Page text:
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Suggestions for Presenting the Results of Data Analyses

General Considerations Concerning the Presentation of Results


The standard deviation (SD) is a descriptive statistic, and the standard error (SE) is an inferential statistic. Accordingly, the SD can be used to portray the variation observed in a sample: micro-hat = 100, SD = 25 suggests a much more variable population than does micro-hat = 100, SD = 5. The expected value (i.e., an average over a large number of replicate samples) of the SD² equals σ² and depends very little on sample size (n). The SE is useful to assess the precision (repeatability) of an estimator. For example, in a comparison of males (m) and females (f), micro-hatm = 100, SE = 2 and micro-hatf = 120, SE = 1.5 would allow an inference that the population mean value micro-hat is greater among females than among males. Such an inference rests on some assumptions, such as random sampling of a defined population. Unlike the SD, the SE decreases with increasing sample size.

When presenting results such as a b, always indicate if b is a SD or a SE or is t × SE (indicating a confidence limit), where t is from the t distribution (e.g., 1.96 if the degrees of freedom are large). If a confidence interval is to be used, give the lower and upper limits as these are often asymmetric about the estimate. Authors should be clear concerning the distinction between precision (measured by variances, standard errors, coefficients of variation, and confidence intervals) and bias (an average tendency to estimate values either smaller or larger than the parameter; see White et al. 1982:22-23).

The Methods section should indicate the (1 - α)% confidence level used (e.g., 90, 95, or 99%). Information in tables should be arranged so that numbers to be compared are close to each other. Excellent advice on the visual display of quantitative information is given in Tufte (1983). Provide references for any statistical software and specific options used (e.g., equal or unequal variances in t-tests, procedure TTEST in SAS, or a particular Bayesian procedure in BUGS). The Methods section should always provide sufficient detail so that the reader can understand what was done.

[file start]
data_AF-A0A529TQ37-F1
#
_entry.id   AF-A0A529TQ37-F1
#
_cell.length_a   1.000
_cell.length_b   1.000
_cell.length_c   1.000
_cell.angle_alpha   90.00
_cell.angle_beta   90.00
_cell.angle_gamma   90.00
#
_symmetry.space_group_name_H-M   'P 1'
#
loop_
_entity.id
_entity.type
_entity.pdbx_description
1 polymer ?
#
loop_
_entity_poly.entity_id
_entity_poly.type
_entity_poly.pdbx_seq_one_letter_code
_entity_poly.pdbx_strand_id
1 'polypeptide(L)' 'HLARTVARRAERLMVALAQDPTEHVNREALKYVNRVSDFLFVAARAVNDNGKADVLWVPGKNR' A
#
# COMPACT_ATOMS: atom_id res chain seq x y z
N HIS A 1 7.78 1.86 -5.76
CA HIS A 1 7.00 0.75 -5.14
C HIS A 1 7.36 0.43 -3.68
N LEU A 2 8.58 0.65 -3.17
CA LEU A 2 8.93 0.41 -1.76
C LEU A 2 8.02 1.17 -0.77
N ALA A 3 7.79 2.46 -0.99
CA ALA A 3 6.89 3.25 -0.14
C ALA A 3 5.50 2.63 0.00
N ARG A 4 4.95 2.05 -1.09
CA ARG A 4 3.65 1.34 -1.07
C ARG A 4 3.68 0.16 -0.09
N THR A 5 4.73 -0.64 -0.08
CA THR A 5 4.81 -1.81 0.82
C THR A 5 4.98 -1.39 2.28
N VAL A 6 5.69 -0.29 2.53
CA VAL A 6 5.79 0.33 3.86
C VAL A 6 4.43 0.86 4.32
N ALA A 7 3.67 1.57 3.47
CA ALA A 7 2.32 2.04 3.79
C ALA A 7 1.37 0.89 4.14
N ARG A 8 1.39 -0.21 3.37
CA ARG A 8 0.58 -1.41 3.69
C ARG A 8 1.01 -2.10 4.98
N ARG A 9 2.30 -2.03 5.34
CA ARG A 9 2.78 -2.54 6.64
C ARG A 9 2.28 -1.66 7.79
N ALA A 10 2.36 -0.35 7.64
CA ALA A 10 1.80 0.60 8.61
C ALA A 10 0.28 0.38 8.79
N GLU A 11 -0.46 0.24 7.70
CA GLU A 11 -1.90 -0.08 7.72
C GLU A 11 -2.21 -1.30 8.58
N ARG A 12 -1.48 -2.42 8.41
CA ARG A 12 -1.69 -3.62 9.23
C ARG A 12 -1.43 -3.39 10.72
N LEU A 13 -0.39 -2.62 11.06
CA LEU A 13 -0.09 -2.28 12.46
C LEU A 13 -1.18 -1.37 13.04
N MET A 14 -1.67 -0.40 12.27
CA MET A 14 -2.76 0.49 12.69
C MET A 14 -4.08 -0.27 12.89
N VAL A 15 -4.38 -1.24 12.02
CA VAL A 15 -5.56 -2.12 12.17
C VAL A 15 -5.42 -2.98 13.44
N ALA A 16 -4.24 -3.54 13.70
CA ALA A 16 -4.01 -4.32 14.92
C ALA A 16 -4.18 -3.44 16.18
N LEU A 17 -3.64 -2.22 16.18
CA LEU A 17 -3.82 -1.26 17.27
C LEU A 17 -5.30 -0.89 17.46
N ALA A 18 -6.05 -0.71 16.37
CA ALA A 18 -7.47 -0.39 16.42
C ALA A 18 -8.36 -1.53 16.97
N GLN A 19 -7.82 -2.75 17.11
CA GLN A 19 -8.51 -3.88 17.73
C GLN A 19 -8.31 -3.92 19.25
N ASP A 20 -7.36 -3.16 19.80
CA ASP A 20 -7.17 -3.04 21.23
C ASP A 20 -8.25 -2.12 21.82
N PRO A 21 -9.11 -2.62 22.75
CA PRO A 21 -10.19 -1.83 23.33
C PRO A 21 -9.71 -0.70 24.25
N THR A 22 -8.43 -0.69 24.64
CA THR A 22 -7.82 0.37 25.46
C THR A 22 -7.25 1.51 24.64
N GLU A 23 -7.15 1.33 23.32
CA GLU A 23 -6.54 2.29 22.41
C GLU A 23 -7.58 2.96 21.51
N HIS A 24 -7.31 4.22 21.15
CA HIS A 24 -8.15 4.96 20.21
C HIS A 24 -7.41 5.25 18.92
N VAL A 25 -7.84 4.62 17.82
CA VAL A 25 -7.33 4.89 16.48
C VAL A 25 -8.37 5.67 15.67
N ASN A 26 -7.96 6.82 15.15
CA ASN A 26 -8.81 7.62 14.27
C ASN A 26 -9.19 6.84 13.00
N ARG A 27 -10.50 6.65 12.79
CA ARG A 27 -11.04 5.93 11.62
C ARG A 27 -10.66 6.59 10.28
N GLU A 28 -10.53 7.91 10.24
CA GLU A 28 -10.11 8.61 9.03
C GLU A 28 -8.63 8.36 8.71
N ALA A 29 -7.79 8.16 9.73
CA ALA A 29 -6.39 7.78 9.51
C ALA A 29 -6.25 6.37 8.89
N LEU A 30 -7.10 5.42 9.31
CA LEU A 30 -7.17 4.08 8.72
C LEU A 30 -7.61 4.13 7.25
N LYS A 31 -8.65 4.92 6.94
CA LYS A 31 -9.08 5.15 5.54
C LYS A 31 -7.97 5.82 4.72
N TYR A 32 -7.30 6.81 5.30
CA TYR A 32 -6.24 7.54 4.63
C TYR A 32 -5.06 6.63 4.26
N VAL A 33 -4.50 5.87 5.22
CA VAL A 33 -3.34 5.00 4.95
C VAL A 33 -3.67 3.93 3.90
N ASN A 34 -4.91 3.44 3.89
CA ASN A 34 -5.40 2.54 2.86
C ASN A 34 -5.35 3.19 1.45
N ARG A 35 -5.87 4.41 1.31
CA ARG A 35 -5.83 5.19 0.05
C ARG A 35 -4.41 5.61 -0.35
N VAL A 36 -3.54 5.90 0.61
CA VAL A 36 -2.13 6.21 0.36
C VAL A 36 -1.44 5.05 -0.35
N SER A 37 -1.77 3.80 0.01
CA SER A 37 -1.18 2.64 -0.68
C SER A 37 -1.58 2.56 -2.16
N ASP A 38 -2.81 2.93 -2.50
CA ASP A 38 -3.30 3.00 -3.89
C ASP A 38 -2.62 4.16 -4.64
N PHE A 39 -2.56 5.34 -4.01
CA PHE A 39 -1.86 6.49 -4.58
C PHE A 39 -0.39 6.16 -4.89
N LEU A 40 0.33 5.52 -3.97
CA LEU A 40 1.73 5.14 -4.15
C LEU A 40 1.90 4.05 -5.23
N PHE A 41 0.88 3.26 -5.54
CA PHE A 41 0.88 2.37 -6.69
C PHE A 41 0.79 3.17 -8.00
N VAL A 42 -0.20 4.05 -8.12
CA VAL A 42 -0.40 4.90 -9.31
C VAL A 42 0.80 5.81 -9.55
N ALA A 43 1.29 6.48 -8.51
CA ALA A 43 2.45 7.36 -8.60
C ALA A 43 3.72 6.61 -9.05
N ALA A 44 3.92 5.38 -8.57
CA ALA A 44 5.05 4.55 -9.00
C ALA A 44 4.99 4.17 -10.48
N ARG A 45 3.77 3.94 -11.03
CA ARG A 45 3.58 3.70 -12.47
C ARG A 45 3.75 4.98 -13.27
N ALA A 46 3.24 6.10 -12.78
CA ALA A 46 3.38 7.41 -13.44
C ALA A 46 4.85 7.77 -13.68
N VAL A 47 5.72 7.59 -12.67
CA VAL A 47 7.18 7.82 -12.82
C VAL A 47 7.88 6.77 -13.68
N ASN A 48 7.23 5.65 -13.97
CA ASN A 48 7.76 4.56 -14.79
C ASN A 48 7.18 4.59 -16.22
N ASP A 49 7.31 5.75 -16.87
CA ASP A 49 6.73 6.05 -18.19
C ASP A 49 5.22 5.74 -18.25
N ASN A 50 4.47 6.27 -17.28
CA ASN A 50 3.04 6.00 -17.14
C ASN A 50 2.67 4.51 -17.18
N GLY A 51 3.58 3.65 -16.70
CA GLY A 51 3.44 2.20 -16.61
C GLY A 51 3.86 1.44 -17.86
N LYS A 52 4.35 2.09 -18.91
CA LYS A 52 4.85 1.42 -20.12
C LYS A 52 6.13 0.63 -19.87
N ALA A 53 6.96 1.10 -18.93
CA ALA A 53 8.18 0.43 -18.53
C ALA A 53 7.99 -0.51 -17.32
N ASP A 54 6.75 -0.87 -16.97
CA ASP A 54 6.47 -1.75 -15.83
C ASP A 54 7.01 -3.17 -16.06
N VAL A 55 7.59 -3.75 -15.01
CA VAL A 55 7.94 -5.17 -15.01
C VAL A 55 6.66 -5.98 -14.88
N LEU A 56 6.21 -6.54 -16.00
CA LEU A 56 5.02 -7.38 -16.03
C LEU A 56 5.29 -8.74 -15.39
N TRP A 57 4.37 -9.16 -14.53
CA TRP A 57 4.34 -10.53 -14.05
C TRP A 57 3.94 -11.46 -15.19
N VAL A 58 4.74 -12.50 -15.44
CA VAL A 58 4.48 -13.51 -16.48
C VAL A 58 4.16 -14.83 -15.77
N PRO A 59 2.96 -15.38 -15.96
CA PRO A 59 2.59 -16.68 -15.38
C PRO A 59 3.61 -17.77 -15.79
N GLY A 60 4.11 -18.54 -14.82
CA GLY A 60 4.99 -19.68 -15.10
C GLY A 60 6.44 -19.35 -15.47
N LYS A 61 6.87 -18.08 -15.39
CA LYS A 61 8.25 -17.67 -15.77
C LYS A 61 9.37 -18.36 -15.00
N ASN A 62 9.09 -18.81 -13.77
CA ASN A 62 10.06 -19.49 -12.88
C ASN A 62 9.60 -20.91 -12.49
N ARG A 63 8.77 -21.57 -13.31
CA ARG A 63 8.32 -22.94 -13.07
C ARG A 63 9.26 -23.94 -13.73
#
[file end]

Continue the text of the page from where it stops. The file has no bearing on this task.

In regression, discriminant function analysis, and similar procedures, one should avoid the term independent variables because the variables are rarely independent among themselves or with the response variable. Better terms include explanatory or predictor variables (see McCullagh and Neider 1989:8).

Avoid confusing low frequencies with small sample sizes. If one finds only 4 birds on 230 plots, the proportion of plots with birds can be precisely estimated. Alternatively, if the birds are the object of study, the 230 plots are irrelevant, and the sample size (4) is very small.

It is important to separate analysis of results based on questions and hypotheses formed before examining the data from results found after sequentially examining the results of data analyses. The first approach tends to be more confirmatory, while the second approach tends to be more exploratory. In particular, if the data analysis suggests a particular pattern leading to an interesting hypothesis then, at this midway point, few statistical tests or measures of precision remain valid (Lindsey 1999 a,b; White 2000). That is, an inference concerning patterns or hypotheses as being an actual feature of the population or process of interest are not well supported (e.g., likely to be spurious). Conclusions reached after repeated examination of the results of prior analyses, while interesting, cannot be taken with the same degree of confidence as those from the more confirmatory analysis. However, these post hoc results often represent intriguing hypotheses to be readdressed with a new, independent set of data. Thus, as part of the Introduction, authors should note the degree to which the study was exploratory versus confrimatory. Provide information concerning any post hoc analyses in the Discussion section.

Statistical approaches are increasingly important in many areas of applied science. The field of statistics is a science, with new discoveries leading to changing paradigms. New methods sometimes require new ways of effectively reporting results. We should be able to evolve as progress is made and changes are necessary. We encourage wildlife researchers and managers to capitalize on modern methods and to suggest how the results from such methods might be best presented. We hope our suggestions will be viewed as constructive.


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